Another neighborhood in Williamsport that is disappearing is the older industrial section of eastern Downtown and all but disappeared Little Italy. This section is roughly bounded by State Street to the west, Basin Street to the east, Willow Street and parts of Fourth Street to the north, and Via Bella to the south. This area is bursting with so much potential. And it is starting to come alive again with some businesses.
Basin Street Shopping Center was developed in the 1980’s and then the Williamsport area got its first and only Starbucks in late 2006. Panera opened up in 2010 and a new barbecue restaurant opened in an older industrial building in 2013. Around Basin Street Shopping Center there are also some new apartments that have been built within the past ten years. What’s left of Little Italy is pretty much nothing. Most of the neighborhood was flattened when Interstate 180 was built along the eastern end of Canal Street about two or three blocks from the river’s edge. The area between Front Street and Canal Street was completely transformed and disappeared when the highway was built.
I love this neighborhood. I see it as a very compact area where restaurants, shopping, and residential can coexist seamlessly. There have been a few studies on the neighborhood within the past few years and I would really love to see it be the next area that gets some major development in the city.
The beginning of March seemed pretty bright for this section of the city:
Campana said the initial idea is for the commission to work closely with what’s happening between the city, Lycoming College and Lycoming County as it seeks to redevelop the area called Old City, which is from Market Street east toward Chatham Street.
The city is putting $25,000 into the Old City redevelopment, while seeking a matching $25,000 grant from the state Department of Community and Economic Development. Lycoming County approved spending $25,000.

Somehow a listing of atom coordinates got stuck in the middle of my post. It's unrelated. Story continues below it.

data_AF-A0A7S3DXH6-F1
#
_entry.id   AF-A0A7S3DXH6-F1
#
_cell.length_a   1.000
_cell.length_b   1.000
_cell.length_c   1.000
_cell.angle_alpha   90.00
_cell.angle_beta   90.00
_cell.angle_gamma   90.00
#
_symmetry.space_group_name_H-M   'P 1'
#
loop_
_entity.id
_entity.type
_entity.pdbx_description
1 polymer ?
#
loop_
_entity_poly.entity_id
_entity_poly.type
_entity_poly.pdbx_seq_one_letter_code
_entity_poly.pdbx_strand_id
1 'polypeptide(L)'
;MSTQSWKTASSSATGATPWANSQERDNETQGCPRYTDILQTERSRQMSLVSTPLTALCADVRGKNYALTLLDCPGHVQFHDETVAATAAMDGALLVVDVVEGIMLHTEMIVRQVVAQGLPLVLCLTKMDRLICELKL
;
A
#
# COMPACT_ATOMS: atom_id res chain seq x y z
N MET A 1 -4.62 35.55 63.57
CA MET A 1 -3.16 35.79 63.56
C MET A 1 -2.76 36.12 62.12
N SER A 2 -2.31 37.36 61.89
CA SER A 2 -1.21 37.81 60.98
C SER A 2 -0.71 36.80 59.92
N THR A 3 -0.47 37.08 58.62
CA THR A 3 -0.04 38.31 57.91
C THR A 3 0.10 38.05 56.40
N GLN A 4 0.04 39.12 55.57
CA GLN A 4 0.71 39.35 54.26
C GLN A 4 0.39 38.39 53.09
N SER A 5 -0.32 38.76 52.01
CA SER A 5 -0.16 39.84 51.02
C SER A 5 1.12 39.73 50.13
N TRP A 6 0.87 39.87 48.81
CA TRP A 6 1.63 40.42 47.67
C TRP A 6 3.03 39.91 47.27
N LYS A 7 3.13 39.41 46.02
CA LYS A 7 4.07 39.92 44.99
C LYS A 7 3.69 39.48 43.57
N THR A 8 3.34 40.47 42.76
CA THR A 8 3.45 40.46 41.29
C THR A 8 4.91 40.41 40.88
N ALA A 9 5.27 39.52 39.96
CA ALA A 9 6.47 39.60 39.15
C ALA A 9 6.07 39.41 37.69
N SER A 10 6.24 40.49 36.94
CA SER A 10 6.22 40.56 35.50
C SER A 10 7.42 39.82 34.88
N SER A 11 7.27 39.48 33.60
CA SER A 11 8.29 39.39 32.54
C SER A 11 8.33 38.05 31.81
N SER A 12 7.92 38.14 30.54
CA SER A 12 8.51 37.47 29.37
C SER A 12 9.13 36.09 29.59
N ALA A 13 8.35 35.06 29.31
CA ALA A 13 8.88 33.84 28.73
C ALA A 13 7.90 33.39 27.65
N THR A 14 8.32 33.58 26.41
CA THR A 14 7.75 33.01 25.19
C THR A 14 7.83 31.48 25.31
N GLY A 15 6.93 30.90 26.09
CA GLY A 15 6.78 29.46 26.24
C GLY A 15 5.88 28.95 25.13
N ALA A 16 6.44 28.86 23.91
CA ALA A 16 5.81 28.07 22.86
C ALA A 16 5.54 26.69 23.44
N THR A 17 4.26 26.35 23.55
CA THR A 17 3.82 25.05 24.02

The areas south of Church Street are barren. Loads of surface lots and the small amount of new construction that’s there is pretty suburban. North of Church Street all the way to Willow and Fourth Street, though, is loaded with character. It’s truly amazing to walk around the area. So much can be done. It could be anything really.
If you notice, you’ll see that the area slowly gets more dense as I move closer to Fourth Street. That area is especially interesting. Didn’t even seem like I was in the same town. Very old, and in need of some tlc. South of Third Street is open to the imagination. I would love to see some large scale, mixed-use development and adaptive reuse. We can do it with the right people and the right ideas. These photos will be divided into two parts. One section covering the area from Via Bella north to Third Street, and the second covering the area from Third Street north to Willow.
Via Bella to Third:
Third to Willow:
The remnants of the industries, businesses and homes that once dominated this area show a small hint to what used to stand in this section of town. I’d like the City to make this priority number one in terms of development and investment. With its compact footprint, proximity to Lycoming College, and neighboring the rest of Downtown, I think it could thrive.